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Friday, August 19, 2016

Srdjan Brankovic: "Expedition: Delta"

A few weeks ago in July Current Music Thoughts reported on one of Srdjan Brankovic’s songs from his newest album “Expedition: Delta.” Both myself and the staff here at CMT loved the album so much, I’m back to talk about it more as I feel the first posting really didn’t do it justice.


The first track “Spectacular” has all the trappings of classic metal. It starts off with a high energy guitar part and snare-accented drum part. What’s interesting about this track to me is the unabashed nods to pop and even a bit of Andrew-Lloyd-Webber style melody. I mean this as a compliment as it’s done really successfully.  Of course, I talked quite a bit about “Break the Rules” in a previous review.

“Thank You for the Good Times” is a bit more power-ballad-ish. Here, we have a very heartfelt reminiscence number.  Still, Brankovic relies on his ace in the hole, which is his stellar guitar playing seen in a very virtuosic solo towards the end of the song. For a breakup song – it’s quite a bit of a more masculine take on the idea of letting go, as if saying “it wasn’t all bad, even though something led us to no longer be together.” This is quite the opposite of so many songs dwelling on what might have been.

Track number four, “Fly With Me” takes a much more orchestral approach with guitar anthems answered by synthesizer parts leading into a vicious and tough series of riffs. The vocals come in almost like an opera recitative which just works like crazy under pulsing keyboard parts. This song actually reminds me quite a lot of Japanese rock band “Mr. Children.” Again though, there is a sort of musical theater-esque quality here. Especially as the lyrics are scenario-driven.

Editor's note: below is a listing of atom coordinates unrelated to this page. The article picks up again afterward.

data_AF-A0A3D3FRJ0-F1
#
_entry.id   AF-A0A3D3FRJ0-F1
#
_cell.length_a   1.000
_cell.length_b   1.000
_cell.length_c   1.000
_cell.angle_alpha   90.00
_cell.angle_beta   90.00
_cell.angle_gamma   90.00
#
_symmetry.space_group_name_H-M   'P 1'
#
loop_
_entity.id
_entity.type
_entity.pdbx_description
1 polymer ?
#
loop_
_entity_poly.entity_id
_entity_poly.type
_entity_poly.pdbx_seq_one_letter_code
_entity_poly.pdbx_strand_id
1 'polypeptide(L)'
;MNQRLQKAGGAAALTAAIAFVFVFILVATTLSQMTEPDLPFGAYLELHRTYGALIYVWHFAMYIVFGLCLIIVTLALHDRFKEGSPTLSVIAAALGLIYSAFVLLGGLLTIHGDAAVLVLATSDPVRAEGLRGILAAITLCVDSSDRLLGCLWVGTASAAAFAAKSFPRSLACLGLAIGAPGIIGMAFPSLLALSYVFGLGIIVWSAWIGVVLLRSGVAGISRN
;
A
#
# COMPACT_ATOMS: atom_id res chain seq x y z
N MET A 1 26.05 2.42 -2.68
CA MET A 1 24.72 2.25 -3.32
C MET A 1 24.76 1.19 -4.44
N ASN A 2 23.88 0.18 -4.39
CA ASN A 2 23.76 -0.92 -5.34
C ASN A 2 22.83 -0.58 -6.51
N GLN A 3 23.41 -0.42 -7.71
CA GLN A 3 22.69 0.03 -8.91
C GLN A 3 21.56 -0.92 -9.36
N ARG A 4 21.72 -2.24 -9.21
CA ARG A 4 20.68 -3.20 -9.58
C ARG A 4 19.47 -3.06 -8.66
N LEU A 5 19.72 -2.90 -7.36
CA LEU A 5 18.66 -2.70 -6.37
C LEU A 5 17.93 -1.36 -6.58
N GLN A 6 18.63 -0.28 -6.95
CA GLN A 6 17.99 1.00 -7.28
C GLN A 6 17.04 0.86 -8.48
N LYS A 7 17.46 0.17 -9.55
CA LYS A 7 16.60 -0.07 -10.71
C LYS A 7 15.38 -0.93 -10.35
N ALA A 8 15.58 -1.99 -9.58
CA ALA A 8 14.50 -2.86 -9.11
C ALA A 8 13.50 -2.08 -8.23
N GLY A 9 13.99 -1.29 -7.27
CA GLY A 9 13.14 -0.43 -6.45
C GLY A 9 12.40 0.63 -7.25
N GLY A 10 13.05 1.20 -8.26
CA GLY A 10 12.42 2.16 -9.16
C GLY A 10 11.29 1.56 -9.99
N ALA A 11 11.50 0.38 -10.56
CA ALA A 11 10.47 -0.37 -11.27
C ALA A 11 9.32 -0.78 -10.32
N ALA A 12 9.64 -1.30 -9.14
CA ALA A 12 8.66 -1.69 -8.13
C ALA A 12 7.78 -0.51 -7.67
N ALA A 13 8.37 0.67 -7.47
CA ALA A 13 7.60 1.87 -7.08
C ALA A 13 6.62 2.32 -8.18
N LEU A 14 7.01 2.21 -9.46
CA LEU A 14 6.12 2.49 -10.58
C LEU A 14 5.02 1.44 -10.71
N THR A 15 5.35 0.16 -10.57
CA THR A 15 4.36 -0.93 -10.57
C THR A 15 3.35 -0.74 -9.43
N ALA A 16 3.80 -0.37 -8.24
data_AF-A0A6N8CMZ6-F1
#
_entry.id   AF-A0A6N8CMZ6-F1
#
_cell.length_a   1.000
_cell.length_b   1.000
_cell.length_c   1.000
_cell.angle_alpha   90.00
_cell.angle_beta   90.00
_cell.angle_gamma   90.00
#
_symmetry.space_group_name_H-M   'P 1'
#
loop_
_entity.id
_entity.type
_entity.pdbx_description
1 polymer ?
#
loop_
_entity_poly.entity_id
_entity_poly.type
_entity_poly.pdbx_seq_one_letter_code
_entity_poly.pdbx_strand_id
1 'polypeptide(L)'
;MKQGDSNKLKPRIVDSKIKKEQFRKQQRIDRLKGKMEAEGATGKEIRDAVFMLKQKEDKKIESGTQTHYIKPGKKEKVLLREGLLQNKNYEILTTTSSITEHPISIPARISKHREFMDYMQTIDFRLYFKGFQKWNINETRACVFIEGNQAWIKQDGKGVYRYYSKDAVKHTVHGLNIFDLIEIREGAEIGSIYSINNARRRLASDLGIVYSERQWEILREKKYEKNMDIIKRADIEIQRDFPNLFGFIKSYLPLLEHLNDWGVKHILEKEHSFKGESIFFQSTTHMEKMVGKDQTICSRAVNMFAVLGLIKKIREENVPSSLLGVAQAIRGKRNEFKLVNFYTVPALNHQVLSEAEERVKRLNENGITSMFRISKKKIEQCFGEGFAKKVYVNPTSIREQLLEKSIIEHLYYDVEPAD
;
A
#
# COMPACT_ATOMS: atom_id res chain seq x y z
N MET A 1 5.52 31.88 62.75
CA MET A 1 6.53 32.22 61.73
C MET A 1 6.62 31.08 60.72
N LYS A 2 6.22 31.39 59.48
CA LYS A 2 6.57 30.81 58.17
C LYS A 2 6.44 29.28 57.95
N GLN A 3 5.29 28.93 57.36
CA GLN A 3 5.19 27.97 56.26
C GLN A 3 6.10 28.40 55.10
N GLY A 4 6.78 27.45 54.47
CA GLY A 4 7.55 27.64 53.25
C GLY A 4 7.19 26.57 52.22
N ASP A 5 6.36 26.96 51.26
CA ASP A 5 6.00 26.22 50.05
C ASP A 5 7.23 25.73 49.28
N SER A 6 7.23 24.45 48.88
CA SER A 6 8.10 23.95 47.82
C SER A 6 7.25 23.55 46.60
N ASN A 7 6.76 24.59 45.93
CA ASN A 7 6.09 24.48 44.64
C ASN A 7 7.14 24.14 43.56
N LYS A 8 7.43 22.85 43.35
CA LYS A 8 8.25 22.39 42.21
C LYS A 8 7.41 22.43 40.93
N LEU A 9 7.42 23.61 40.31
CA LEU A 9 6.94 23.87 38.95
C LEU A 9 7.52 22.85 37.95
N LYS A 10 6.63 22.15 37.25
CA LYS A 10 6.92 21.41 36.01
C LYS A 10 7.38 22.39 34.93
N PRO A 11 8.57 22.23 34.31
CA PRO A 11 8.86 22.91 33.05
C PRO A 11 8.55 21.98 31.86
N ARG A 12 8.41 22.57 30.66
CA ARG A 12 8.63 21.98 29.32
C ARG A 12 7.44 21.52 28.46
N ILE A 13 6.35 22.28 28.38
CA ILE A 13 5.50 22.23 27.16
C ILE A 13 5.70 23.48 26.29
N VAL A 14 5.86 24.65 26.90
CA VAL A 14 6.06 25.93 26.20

“Canis Major” (listed as “Intermezzo by Nevena Zivkovic) is an oddity – It’s a loungy, but somewhat Chopin-like piano solo which is used as both an interlude and introduction to the song “Without You.” This song features a vocalist (the attitude driven Nicola Di Gia). It’s just as upbeat as the rest of the tracks but the addition of Di Gia’s voice makes for enough variety to provide the listener something new.

Next up is “The One Who Lives a Dream,” this song begins in a very optimistic and slower sounding languid guitar and piano line. Here, instead of using a slow intro to catapult into a more aggressive metal driven song, the meditative nature stays throughout although short interjections of guitar solos do appear in the song. “The One Who Lives a Dream” is a late-night, before sleep reflection which is echoed in the title. Like “Fly With Me” there is an orchestral/cinematic quality.


“House of God” and “Don’t Believe” continue in the similar vein of the rest of the album, high-energy, vocal driven and overall optimistic sounding. Of course, we are back with the famous guitarist Bobby Koelble, which is always a treat hearing his stellar playing.

If we don’t count the final bonus track, the album ends of the song “Remember Me.” The long sustain pads make a great underscore for the extremely cello-like guitar line.  If previous tracks weren’t orchestral enough for you, this song has you covered. At the same time there are really interesting blues-inspired interjections.  It’s more than an apt on which to end an album. My only criticism here is that it’s such a beautiful song, I wish it was longer.

Let’s talk about the bonus track: “Connected.” I guess Srdjan Brankovic decided he needed a cadenza for the album. If that sounds like a dig, it’s not – in fact, it is his guitar playing that ties the album together. “Connected” is a beautiful and upbeat way to end what is a very enjoyable experience.


“Expedition Delta” is a substantial work, full of twists and turns, at times sad, usually optimistic, always technically perfect. It offers something quite different to the world of rock – it’s a mature statement about the genre’s ability to tackle a range of issues and emotions and for that reason alone, I feel it should be applauded and enjoyed by a variety of fans. 

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